This involved redesigning the back of the Renault UN-1 gearbox, to take the new linkage. 'This gearbox is only used in the Lotus now,' says Brian Angus. 'The Alpine, the previous Espace, the Renault 25, the Master van, they're all dead. It's an old design, but Renault has upped and upped its torque capacity. The engineers would shake their heads and say there was nothing more they could do, but they always managed to squeeze a little more out of it. We're on the limit now, though.

'Renault has been very helpful. Nowadays the 'box is built in a corner of a truck factory, but still deal with the same gentlemen we dealt with back in the Europa days, when the Europa had a Renault engine. And it will continue for the foreseeable future.'

As soon as you press that clutch pedal, you feel the difference. The gearlever snicks into first with no rubberiness or lost motion, the clutch bits cleanly and we smooth off towards the horizon. The efforts feel easy, natural and, most important of all, they harmonise with those required to steer and, via a harder-biting ABS system from Kelsey-Hayes, brake.

In short, it feels as a Lotus should: precise, progressive, benign and massively quick. A bend approaches; brake, blip and downshift in one easy movement, point the nose precisely and feed in the power as the exit opens up. Turbocharged the Lotus might be – it obviates the need for fancy variable valve timing and resonating inlet manifolds – but the turbos are small and their boost pressure low. So, apart from the required size of the downchange blip, you're not really aware of the forced aspiration.

This is a mightily quick car, 175mph and 0-60 in 4.8 seconds, but even in the rain that soaked the latter part of our test it proved hugely grippy and almost laughably controllable. If the back end steps out under an excess of power, a flick of the quick steering and it's straight back in. Lovely. It would be even lovelier with a fruitier exhaust note, but cloth-eared Eurocrats have put paid to that.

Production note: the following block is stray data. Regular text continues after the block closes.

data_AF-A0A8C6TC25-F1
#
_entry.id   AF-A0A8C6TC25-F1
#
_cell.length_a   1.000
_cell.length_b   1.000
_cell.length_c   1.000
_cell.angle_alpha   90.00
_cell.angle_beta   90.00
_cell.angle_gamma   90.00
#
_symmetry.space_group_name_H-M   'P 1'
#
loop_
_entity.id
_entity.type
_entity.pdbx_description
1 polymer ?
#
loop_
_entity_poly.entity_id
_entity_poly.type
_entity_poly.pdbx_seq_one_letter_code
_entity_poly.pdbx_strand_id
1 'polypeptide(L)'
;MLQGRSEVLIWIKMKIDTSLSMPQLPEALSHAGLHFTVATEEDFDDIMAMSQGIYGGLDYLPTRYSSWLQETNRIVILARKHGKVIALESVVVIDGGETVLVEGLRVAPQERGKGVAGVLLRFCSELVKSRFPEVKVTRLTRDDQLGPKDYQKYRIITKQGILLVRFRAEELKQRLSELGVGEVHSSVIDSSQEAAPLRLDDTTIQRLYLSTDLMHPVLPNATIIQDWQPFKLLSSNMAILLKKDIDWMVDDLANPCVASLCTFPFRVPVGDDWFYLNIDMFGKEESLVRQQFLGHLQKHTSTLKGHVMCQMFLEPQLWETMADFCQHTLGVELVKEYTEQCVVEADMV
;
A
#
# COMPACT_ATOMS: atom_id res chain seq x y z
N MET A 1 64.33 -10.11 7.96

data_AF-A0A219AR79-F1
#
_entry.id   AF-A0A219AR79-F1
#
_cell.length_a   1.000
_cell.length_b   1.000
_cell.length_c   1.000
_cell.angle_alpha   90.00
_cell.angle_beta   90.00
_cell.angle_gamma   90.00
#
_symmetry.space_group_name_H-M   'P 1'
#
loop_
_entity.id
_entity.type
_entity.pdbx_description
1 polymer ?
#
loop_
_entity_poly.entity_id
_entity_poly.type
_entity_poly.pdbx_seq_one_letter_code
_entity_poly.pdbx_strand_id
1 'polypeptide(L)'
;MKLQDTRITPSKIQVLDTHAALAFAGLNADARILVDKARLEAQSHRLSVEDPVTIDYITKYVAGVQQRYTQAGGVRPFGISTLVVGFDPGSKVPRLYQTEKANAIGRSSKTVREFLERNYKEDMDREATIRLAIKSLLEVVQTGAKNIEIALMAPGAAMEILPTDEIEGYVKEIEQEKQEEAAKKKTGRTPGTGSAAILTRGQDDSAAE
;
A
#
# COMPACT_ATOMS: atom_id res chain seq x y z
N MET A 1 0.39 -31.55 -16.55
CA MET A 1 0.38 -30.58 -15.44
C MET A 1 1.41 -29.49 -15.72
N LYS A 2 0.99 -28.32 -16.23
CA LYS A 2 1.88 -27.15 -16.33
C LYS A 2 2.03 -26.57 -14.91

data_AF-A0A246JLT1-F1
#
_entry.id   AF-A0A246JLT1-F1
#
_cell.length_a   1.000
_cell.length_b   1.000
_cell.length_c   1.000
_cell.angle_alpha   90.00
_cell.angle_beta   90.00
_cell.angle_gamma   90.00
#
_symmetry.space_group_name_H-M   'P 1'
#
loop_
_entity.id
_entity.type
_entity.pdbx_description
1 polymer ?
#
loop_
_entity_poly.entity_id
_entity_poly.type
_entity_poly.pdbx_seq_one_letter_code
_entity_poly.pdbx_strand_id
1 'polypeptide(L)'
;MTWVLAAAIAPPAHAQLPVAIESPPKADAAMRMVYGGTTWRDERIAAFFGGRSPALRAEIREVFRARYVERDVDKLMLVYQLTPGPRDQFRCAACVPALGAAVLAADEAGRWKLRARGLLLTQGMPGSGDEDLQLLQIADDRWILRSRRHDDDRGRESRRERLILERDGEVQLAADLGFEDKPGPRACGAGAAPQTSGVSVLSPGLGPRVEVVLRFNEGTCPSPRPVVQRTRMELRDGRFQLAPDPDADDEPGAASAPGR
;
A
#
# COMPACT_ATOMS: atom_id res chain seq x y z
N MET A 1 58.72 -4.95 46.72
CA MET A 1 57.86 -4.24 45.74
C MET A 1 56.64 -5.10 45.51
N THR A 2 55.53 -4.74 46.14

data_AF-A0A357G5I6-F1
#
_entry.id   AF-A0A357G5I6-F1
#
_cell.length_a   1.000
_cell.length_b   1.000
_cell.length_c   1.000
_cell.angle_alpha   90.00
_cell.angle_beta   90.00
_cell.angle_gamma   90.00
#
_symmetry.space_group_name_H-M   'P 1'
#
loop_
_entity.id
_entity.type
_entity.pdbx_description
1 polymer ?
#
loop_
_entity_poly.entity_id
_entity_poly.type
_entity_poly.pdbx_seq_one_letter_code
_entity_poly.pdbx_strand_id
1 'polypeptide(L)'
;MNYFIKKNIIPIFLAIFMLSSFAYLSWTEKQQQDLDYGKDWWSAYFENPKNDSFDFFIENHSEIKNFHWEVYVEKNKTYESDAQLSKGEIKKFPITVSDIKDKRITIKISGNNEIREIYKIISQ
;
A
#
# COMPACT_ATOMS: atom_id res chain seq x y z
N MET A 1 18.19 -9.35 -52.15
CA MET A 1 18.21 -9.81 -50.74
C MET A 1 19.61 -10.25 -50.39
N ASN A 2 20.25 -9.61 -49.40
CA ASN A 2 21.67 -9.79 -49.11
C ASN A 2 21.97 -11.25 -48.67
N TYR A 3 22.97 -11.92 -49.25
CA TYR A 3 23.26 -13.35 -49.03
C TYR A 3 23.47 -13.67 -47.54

You can now drive an Esprit V8 as intended, with synergy instead of conflict. And it finally, finally comes across as a proper, fully-developed car with a decent development budget behind it. If 1976 was the year of the original Esprit's birth, then 1997 is the new year Zero.

Lotus Esprit GT3
New cabin does no harm to the bargain, barking four-cylinder GT3

This is a significant car in the Esprit's biography. When the first Esprit GT3 appeared a year ago, it brought the cost of Esprit ownership back down to a semi-sensible level (a relative snip at £39,950), and it got Lotus away from the notion that wood and leather were vital attributes of a supercar's cabin. The Elise got Lotus back on the track of a techno-feel ambience, and the GT3 built on this with its body-colour and aluminium cabin trimmings and its freedom from frills.

Its relatively stripped-for-action interior still suffered from the same old architecture, though. Now it, too, gets the new-look cabin, and it translates well in the switch from the V8's leather-clad luxury to the GT3's composite-and-vinyl ambience. There's no air-conditioning (it's an option), but the remaining heater controls gain the new electronic operation used in the V8.